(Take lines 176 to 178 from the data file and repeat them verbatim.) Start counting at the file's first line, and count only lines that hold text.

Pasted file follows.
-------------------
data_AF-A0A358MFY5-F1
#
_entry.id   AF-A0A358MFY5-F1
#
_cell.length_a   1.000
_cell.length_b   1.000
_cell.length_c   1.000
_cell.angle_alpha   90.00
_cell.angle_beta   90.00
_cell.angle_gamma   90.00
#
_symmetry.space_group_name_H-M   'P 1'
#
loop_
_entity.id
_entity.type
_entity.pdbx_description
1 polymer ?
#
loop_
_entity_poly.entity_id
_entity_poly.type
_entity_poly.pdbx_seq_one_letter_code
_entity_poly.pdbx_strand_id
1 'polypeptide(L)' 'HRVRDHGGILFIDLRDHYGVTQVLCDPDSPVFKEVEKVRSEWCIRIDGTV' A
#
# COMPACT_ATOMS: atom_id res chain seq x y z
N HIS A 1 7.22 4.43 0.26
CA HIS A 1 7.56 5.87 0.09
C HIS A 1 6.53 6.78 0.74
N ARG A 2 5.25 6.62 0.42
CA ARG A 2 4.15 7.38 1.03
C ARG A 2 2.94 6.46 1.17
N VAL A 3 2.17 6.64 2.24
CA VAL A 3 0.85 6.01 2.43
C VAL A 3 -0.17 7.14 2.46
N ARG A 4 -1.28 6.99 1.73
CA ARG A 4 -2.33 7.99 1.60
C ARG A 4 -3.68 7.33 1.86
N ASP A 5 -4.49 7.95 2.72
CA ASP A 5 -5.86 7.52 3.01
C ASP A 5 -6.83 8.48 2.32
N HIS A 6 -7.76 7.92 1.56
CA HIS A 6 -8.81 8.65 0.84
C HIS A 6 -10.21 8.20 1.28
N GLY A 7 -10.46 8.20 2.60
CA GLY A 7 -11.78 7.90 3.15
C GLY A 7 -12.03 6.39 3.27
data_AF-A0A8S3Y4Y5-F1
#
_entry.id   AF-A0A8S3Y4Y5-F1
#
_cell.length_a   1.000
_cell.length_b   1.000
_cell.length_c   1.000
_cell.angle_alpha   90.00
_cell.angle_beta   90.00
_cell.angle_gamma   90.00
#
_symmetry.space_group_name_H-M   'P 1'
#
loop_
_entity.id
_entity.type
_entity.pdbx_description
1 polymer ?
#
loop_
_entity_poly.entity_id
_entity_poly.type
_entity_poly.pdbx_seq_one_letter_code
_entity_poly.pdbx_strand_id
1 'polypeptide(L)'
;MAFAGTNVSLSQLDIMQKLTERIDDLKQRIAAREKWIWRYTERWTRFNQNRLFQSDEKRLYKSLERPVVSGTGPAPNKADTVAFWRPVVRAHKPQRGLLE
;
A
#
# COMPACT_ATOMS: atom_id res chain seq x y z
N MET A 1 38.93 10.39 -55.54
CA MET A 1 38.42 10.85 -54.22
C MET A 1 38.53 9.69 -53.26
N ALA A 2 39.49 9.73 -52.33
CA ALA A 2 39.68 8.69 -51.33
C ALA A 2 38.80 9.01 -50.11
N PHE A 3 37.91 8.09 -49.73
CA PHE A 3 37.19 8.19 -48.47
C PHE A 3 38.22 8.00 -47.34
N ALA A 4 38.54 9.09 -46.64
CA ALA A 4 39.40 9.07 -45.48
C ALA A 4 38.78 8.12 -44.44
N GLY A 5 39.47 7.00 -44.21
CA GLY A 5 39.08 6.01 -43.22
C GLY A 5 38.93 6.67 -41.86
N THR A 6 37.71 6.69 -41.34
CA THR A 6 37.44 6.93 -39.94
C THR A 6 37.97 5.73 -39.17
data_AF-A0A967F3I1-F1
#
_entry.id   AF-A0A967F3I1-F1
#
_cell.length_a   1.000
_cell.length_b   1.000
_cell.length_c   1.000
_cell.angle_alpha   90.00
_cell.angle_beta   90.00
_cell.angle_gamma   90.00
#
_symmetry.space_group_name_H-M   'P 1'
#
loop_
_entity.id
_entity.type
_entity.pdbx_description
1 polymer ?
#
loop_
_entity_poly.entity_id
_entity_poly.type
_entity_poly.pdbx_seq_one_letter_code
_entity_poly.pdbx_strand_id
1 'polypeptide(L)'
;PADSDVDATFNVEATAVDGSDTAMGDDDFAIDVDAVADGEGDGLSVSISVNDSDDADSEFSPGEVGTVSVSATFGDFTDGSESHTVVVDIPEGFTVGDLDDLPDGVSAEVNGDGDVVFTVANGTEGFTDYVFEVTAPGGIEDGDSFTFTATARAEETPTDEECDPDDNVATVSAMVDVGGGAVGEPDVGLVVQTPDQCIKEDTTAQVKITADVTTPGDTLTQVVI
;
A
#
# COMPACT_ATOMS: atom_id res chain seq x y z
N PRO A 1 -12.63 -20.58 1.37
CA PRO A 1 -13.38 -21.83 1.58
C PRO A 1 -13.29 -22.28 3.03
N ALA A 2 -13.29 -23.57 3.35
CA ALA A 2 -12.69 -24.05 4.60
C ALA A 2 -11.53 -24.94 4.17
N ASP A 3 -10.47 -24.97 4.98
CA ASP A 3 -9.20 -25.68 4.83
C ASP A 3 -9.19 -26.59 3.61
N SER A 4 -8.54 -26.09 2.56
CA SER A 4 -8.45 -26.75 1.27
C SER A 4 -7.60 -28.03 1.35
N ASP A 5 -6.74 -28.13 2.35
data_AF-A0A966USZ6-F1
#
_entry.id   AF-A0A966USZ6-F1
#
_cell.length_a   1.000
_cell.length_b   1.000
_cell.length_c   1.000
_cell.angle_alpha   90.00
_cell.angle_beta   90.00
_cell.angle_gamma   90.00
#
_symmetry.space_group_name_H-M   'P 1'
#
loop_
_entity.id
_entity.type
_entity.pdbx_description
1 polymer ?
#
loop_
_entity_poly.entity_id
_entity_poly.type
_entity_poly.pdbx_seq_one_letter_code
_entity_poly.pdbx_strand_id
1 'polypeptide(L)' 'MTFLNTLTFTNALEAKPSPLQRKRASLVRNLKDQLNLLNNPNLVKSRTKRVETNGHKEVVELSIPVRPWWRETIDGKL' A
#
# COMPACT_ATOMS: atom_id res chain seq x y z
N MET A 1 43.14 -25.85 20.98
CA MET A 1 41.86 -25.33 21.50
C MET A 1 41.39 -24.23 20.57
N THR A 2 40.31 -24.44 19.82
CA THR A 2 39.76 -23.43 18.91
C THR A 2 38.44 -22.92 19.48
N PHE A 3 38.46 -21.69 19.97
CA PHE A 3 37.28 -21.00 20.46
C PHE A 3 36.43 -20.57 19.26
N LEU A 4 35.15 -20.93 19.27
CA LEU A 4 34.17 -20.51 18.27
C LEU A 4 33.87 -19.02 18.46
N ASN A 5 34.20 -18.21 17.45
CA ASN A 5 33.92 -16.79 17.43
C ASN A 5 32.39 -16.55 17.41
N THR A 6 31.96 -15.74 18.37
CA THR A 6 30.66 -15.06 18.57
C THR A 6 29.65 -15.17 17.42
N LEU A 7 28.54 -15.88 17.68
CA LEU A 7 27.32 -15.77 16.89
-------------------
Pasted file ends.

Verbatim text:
N LEU A 4 35.15 -20.93 19.27
CA LEU A 4 34.17 -20.51 18.27
C LEU A 4 33.87 -19.02 18.46